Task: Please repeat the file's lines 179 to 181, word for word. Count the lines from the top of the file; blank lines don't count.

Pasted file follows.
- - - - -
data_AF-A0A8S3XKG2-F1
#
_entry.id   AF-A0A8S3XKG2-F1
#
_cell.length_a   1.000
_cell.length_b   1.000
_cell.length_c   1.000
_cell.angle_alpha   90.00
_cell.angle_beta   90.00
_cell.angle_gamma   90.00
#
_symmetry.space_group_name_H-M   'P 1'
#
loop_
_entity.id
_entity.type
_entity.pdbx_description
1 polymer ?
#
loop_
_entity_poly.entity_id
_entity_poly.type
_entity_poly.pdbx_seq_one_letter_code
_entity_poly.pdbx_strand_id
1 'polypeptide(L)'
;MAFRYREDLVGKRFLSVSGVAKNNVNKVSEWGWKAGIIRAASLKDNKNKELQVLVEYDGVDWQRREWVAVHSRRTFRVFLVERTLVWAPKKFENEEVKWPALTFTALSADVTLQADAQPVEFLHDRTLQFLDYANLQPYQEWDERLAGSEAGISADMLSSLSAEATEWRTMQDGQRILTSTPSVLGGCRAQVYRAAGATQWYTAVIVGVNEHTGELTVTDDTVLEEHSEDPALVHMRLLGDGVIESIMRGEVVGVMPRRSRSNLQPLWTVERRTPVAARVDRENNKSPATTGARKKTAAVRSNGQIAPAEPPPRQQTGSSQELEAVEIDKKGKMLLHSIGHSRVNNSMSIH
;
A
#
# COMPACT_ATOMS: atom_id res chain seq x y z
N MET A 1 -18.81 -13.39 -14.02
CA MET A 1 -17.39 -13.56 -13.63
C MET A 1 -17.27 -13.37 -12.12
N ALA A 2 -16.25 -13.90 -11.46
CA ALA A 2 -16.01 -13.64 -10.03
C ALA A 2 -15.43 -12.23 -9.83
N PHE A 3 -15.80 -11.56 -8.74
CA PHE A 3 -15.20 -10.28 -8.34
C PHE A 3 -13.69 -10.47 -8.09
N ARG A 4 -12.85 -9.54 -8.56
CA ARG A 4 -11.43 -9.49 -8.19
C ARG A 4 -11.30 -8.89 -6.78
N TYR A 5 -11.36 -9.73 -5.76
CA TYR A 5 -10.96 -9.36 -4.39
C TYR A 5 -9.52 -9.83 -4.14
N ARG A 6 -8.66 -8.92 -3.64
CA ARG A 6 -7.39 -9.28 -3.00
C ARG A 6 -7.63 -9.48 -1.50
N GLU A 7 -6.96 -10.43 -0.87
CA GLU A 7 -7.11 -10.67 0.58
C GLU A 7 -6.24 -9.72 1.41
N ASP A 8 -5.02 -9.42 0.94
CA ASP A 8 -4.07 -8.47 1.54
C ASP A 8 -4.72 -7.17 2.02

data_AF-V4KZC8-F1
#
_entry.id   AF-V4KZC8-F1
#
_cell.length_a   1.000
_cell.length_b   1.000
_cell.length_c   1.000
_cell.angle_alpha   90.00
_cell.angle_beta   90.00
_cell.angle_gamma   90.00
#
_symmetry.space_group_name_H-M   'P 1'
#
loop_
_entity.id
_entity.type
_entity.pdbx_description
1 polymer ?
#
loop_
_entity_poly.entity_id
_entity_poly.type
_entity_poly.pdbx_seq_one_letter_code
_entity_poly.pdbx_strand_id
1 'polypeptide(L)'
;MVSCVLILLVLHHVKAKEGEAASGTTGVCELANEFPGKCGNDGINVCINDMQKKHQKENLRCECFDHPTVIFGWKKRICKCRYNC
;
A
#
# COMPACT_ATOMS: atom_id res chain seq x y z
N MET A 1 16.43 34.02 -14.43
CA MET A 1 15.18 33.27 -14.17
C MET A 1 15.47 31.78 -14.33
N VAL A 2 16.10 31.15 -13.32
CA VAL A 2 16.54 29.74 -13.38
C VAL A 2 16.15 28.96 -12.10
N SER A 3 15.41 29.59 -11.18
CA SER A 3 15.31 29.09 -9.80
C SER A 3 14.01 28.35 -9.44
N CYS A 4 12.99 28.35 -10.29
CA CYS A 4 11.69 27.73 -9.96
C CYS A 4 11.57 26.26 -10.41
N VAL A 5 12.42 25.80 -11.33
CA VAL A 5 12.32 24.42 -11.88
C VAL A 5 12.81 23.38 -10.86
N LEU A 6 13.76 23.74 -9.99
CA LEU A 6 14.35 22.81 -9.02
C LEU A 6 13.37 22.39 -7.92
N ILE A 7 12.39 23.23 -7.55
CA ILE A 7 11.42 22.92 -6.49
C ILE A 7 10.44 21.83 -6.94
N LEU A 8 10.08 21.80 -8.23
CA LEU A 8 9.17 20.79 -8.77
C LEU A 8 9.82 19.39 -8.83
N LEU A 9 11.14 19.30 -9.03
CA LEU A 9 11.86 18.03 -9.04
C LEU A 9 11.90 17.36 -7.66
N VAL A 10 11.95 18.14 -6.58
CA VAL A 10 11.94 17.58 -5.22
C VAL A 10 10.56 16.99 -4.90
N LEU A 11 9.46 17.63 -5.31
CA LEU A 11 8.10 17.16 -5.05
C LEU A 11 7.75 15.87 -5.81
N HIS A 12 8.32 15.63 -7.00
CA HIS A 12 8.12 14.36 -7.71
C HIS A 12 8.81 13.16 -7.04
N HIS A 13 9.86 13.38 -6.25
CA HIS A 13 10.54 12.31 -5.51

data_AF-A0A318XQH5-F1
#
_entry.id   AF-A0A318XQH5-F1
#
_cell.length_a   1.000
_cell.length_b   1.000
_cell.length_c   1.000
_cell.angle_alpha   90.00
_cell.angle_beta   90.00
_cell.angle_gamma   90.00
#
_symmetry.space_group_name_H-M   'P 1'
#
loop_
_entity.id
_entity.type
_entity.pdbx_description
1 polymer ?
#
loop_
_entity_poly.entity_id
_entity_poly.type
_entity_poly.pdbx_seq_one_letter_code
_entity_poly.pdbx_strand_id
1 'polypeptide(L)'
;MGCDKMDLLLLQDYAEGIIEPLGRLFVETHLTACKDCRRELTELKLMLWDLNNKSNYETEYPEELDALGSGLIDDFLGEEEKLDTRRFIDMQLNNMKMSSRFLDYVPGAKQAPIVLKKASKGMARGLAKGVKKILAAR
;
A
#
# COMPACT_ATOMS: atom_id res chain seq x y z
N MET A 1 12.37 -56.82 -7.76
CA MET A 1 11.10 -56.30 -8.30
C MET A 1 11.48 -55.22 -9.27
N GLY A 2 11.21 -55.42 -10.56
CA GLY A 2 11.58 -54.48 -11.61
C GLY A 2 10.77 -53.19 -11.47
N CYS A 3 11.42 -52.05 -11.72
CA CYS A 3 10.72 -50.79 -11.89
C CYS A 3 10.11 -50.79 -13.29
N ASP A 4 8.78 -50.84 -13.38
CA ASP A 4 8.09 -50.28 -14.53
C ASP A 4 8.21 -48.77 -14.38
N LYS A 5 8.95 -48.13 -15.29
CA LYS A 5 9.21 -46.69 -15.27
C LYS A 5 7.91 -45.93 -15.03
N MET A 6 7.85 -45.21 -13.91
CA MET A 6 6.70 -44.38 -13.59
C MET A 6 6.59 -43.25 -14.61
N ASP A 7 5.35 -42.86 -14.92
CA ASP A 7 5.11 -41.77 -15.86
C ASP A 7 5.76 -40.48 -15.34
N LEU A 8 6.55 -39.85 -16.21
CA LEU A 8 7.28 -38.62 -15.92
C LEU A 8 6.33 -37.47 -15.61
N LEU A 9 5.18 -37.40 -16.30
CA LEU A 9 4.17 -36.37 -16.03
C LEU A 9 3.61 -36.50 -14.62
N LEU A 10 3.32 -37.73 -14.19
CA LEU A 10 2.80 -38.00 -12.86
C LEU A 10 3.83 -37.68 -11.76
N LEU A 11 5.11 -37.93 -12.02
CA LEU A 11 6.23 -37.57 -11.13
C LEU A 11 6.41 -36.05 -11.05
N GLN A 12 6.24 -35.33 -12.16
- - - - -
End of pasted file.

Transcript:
C LEU A 9 3.61 -36.50 -14.62
N LEU A 10 3.32 -37.73 -14.19
CA LEU A 10 2.80 -38.00 -12.86